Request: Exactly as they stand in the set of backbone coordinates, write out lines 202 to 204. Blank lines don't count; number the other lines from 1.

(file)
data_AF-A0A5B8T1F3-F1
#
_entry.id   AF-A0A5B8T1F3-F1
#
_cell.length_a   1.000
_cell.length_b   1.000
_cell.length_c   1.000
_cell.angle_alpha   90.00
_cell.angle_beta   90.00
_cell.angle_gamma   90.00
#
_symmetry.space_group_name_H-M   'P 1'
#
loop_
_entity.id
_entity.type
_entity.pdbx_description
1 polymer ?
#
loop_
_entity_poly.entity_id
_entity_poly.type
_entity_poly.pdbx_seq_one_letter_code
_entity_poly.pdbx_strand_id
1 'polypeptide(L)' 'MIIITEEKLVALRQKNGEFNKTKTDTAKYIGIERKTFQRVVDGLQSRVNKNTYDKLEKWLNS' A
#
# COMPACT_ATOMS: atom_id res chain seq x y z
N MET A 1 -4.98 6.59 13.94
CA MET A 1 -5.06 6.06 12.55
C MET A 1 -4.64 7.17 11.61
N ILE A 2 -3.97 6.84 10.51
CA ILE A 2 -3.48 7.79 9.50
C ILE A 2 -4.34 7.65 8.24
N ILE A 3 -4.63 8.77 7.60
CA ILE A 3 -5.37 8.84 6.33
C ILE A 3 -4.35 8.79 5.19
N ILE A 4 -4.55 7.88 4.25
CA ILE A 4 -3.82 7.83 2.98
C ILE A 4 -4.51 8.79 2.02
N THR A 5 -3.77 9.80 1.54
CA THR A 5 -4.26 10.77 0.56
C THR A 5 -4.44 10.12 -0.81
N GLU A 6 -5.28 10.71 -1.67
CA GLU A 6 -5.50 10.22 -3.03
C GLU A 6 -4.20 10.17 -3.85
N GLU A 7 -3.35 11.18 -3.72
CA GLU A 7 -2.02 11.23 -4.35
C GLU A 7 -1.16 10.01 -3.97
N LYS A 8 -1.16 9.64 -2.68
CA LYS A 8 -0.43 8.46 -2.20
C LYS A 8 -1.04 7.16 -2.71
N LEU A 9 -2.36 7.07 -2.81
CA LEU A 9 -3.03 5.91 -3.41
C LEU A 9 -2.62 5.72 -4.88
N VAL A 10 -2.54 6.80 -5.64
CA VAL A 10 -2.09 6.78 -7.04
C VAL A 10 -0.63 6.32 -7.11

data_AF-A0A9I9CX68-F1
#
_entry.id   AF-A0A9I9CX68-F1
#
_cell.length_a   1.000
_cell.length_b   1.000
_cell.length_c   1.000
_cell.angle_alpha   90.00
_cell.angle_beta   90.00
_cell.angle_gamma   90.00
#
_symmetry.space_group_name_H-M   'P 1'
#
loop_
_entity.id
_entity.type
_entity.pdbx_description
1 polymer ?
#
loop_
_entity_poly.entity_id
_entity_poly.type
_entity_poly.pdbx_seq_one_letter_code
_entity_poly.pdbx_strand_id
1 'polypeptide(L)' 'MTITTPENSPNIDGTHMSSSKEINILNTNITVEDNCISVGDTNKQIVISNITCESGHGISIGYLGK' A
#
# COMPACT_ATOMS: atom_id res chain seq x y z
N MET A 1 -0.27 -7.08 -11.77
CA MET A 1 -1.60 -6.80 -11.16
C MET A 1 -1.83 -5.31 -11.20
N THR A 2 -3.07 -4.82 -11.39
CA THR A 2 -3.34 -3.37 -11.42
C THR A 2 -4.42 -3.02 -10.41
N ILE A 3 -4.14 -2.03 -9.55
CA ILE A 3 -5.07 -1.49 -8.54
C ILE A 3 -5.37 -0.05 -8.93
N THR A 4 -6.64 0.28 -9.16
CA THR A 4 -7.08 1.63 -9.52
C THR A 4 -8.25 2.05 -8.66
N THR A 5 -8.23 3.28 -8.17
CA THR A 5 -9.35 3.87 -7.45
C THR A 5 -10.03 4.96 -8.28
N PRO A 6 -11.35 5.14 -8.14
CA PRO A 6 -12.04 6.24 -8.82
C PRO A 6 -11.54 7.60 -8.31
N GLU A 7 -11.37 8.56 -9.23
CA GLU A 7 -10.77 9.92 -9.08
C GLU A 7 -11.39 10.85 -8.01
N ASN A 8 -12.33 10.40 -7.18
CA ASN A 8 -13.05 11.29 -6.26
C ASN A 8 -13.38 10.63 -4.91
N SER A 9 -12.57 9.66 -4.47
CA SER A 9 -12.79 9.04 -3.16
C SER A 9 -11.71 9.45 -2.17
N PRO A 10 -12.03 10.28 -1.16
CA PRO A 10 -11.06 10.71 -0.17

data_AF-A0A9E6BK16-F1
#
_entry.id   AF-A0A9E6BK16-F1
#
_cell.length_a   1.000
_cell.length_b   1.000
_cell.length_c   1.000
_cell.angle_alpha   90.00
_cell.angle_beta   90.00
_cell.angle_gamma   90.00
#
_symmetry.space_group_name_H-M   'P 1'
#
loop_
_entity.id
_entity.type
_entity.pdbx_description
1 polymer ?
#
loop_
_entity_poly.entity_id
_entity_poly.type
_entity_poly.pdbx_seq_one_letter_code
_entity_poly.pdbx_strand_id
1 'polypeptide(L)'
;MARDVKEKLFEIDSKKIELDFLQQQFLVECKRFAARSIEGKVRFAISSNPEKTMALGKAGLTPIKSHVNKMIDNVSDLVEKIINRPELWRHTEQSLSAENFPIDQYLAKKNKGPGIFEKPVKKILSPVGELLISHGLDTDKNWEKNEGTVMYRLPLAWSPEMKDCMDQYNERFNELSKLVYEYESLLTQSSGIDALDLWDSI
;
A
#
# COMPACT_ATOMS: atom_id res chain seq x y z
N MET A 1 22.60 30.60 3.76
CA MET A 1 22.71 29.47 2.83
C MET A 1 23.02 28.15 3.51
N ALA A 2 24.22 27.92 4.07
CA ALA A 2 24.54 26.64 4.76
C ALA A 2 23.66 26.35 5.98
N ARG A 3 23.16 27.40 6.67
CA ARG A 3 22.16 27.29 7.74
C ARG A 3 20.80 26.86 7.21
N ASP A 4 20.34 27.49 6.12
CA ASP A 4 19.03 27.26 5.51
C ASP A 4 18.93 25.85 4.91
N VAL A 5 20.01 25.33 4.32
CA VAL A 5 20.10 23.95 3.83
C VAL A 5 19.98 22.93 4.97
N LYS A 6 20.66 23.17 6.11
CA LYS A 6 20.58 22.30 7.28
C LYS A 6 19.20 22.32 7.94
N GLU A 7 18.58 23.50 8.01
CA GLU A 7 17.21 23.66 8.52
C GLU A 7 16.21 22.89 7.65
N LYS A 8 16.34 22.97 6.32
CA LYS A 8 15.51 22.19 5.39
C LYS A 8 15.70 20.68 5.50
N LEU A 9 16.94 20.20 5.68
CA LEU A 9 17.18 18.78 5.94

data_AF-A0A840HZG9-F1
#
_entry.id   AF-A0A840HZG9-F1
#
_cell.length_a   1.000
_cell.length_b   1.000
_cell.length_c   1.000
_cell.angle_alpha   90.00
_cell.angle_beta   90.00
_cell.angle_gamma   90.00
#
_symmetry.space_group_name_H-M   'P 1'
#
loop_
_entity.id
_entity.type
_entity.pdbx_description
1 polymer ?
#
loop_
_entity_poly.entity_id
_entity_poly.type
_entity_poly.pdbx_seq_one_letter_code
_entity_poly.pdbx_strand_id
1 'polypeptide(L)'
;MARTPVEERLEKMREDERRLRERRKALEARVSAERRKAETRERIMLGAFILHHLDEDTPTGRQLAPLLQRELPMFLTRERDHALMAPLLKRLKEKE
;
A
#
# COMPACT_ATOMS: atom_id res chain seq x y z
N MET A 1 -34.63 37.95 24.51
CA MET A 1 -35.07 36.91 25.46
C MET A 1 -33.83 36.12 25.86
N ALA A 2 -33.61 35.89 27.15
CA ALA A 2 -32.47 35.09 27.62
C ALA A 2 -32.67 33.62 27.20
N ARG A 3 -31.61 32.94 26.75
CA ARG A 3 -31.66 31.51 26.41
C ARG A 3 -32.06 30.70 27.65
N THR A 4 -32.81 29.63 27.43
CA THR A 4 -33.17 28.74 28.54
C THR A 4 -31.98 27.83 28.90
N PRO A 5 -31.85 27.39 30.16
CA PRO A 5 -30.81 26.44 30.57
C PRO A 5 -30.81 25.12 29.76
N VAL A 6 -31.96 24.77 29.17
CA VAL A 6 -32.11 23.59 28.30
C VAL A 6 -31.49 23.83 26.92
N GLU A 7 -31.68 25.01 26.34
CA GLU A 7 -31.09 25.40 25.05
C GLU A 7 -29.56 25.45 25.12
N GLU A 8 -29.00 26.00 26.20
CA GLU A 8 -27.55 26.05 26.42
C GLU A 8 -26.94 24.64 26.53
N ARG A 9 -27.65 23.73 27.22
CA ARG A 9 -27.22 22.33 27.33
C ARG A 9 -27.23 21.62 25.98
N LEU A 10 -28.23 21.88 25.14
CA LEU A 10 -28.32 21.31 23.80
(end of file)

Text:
C MET A 1 -33.83 36.12 25.86
N ALA A 2 -33.61 35.89 27.15
CA ALA A 2 -32.47 35.09 27.62